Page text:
The Aliases of Fëanor

Two Rings
Michael Keegan — October 2003
Analytical ArticleAnalytical Articles: These articles provide a detailed overview of the theme they cover. However, they require some prior knowledge of the main works of J.R.R. Tolkien.

Many fans of The Lord of the Rings have also read The Silmarillion, which makes them painfully familiar with the great deeds of Fëanor, the greatest of the Elder Children. As important to the story as Fëanor is, Tolkien leaves many more things unsaid about his character and back-story than some fans would have liked.

To the linguists who devote their time to studying the languages of Tolkien's vast mythos, Fëanor's name is quite a curmudgeon etymologically. While it is his common name in all of the histories, it is neither Sindarin [Grey-elven] nor Quenya [High-elven]. Rather, it is an amalgam of the two languages, which seems like a blasphemous occurrence because of the deeds of the founders of The Grey Company, who have shamelessly blended these two largely incompatible languages to form a ridiculous ‘pseudo-Elvish’ they collectively refer to as ‘Grey elven’. But I digress.

Despite the aforementioned bastardization of Tolkienian Linguistics, Tolkien was not attempting to blend Sindarin and Quenya with Fëanor's name. In fact, in attempting to translate his Quenya name, Fëanáro, Tolkien came up with a “Sindarized” form resulting in the name we recognize this elf by today. Many believe this to be his final name and use it freely in translating things into both Sindarin and Quenya. What we must remember is that while it seems a preferred usage in the English versions of the histories, Fëanor may not have been suitable in pure Sindarin or Quenya texts.

Fëanáro » Fëanor » Faenor is often assumed to be the complete etymology of Fëanor's name, mainly because of Tolkien's “Sindarizing” of many Quenya names, but this may be innacurate. What must be remembered about Tolkien is that he was fond of etymological oddities, and this situation may simply be an oddity he chose to include in the story of his most spirited character.

The pure Sindarin form of Fëanor was Faenor, as was shown by the etymological notation, and the name Fëanor ‘probably arose through scribal confusion, especially in documents written in Quenya, in which ea was frequent but ae did not normally occur’1). This quotation leads us to believe two things which are contradictory to the supposed etymology of Fëanor's name:

  1. Scholars were attempting to use the name Faenor even in Quenya texts, which may mean that he was only known in Middle-Earth as Faenor, and never as Fëanor. ‘The tongue of the Grey-elves was most spoken even by the Noldor, for they learned swiftly the speech of Beleriand’2) and it seems that while Quenya was used in the households of the Noldorin Princes, Sindarin became the language most Elves knew, and it makes sense for Fëanor to have a Sindarin name.
  2. The etymology is most likely Fëanáro > Faenor > Fëanor due to scholarly error intranslations. It seems that Faenor was preferred in Beleriand [Even in Quenya texts!], while Fëanáro was strictly used in Valinor [Because it is, of course, pure Quenya]. So it seems language did not matter so much as location. Many argue that this is an odd way of looking at it, but there is no indication in canonical work which indicates that any other arguments are true.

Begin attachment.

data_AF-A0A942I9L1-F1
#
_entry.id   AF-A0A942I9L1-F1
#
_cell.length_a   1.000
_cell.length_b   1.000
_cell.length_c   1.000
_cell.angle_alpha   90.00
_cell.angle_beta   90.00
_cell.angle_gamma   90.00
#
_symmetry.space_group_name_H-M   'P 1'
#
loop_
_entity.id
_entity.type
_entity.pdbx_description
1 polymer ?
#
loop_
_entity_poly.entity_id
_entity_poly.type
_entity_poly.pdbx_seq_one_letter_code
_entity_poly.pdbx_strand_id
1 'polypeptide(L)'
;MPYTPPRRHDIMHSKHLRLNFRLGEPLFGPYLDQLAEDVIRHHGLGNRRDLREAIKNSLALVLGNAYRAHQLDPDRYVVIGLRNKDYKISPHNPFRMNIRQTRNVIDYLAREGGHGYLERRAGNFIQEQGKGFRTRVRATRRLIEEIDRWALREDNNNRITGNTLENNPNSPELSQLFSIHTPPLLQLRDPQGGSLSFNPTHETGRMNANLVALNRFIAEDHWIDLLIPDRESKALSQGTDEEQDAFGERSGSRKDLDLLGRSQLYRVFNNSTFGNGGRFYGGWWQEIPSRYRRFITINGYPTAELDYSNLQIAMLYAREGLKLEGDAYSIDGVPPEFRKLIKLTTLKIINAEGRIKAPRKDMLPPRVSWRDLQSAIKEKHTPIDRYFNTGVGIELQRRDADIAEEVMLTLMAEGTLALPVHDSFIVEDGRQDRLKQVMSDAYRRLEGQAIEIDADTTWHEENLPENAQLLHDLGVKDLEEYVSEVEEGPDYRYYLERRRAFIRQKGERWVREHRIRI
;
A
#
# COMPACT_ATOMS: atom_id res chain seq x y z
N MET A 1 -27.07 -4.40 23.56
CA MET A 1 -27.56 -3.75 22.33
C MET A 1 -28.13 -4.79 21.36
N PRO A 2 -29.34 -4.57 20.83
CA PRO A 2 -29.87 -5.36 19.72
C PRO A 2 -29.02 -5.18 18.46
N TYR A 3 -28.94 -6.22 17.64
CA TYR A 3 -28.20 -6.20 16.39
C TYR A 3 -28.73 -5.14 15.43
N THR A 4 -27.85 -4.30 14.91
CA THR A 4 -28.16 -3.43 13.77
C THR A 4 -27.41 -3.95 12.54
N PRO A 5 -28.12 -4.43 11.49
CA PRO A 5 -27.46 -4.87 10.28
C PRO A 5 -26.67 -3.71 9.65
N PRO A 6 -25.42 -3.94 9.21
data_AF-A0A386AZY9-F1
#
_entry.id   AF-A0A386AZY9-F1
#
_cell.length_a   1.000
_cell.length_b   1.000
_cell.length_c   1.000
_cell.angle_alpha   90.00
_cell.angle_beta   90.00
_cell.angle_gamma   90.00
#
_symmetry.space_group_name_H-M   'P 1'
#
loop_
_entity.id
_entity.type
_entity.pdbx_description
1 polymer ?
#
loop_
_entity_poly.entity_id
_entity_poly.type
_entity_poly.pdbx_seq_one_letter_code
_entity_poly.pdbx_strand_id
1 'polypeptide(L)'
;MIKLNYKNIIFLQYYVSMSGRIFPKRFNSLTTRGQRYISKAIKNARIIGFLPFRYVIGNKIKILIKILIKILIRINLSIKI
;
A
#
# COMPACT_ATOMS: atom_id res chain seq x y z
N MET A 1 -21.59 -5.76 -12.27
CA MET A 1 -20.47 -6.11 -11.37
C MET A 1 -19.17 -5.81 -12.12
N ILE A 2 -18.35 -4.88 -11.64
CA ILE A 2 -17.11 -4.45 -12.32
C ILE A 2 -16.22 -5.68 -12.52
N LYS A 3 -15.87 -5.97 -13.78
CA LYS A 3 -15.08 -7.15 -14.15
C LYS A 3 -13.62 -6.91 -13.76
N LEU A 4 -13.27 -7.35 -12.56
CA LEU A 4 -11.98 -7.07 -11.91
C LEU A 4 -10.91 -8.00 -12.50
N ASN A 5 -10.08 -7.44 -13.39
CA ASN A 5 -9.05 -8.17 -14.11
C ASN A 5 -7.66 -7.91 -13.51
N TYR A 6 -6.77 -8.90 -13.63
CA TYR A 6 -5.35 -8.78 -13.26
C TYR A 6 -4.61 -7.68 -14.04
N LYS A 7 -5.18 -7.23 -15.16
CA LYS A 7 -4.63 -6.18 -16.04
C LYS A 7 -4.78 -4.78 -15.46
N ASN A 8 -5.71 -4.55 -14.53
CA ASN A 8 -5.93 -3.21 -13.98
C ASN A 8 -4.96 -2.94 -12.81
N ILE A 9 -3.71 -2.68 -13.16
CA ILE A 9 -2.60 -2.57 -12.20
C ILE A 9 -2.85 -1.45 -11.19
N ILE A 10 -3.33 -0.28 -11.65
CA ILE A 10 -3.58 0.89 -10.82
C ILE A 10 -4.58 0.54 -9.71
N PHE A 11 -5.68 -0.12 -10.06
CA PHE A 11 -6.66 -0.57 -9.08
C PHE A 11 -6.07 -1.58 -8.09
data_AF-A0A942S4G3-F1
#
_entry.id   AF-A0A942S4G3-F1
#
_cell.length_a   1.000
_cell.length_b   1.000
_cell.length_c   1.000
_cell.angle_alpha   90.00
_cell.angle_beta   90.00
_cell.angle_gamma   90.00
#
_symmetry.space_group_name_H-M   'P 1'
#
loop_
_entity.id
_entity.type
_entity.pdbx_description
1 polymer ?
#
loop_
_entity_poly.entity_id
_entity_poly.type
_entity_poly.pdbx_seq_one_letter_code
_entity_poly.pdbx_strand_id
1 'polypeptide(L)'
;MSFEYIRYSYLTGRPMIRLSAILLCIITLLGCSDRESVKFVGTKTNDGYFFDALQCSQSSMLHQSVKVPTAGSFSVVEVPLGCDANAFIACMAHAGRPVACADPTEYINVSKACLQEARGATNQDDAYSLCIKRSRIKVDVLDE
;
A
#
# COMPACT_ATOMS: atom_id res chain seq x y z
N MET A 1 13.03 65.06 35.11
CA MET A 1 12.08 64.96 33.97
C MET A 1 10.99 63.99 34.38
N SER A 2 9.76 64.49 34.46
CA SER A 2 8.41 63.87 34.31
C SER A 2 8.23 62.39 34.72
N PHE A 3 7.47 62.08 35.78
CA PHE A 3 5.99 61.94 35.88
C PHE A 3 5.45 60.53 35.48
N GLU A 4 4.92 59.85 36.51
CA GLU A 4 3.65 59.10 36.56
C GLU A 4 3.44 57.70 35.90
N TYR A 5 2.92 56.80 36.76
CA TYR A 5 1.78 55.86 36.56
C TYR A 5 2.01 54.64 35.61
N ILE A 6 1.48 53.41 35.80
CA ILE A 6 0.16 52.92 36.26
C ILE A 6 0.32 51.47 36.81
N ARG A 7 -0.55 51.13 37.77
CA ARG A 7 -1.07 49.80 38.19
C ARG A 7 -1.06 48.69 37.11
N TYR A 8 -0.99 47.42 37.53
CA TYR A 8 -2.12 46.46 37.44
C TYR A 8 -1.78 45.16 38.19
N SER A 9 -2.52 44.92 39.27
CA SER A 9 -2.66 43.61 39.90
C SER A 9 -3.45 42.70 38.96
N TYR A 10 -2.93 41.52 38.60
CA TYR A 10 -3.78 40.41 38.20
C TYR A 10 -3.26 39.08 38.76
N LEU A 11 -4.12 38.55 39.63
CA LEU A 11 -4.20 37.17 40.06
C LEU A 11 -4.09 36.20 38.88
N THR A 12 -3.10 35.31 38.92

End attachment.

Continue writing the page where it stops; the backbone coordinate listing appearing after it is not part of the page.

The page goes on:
Maglor (©  Jenny Dolfen)

While Tolkien did not provide us with an example of Fëanor's names in translation, we can examine the name of the Maia, Sauron [With whom all readers are familiar]. He is almost always referred to in the histories by his Quenya name, Sauron, and is only referred to as Gorthaur [his Sindarin name] or Annatar [His Quenya name for himself] in the index, and he certainly has no amalgam name as Fëanor did. Consequently, in translations such as ‘the Eye of Sauron’ it seems better that the Sindarin should utilize his Sindarin name, rather than his Quenya name, although he is constantly referred to by the former. Thus, Hen Gorthaur is preferred Sindarin, while Hen Saurondo is preferred Quenya.

Still one could argue that using Fëanor is the most accurate because the histories utilize it, but I believe the evidence of a Sindarin name suggests otherwise. Why would the Sindar give Sauron a name in their tongue and not use it? Why would they give Fëanor one? Can it be decided if Fëanor should remain unused wholly in Elvish translations? We may never know. It seems that the names which became common in the histories depended wholly on who wrote them down. Naturally Fëanor would become common because of ‘scribal error’, while Sauron would become common because most of his Elvish dealings were with the Noldor of Eregion, who used Quenya in writing and ceremony.

This debate is inherently ambiguous, but I hope this article will convince its readers. Though I am sure no rabid members of the Tolkien Society would hunt you down for using the “Sindarized” alias Fëanor in a pure Sindarin or Quenya translation, I would advise against it. After all, would you pick a half-English, half-German word when speaking pure English if there was a perfectly good English one to be used? I think not.

See also on Tolkiendil

1) PM:343
2) S:133
langues/english/i-lam_arth/aliases_feanor.txt · Dernière modification: 06/04/2020 18:47 (modification externe)
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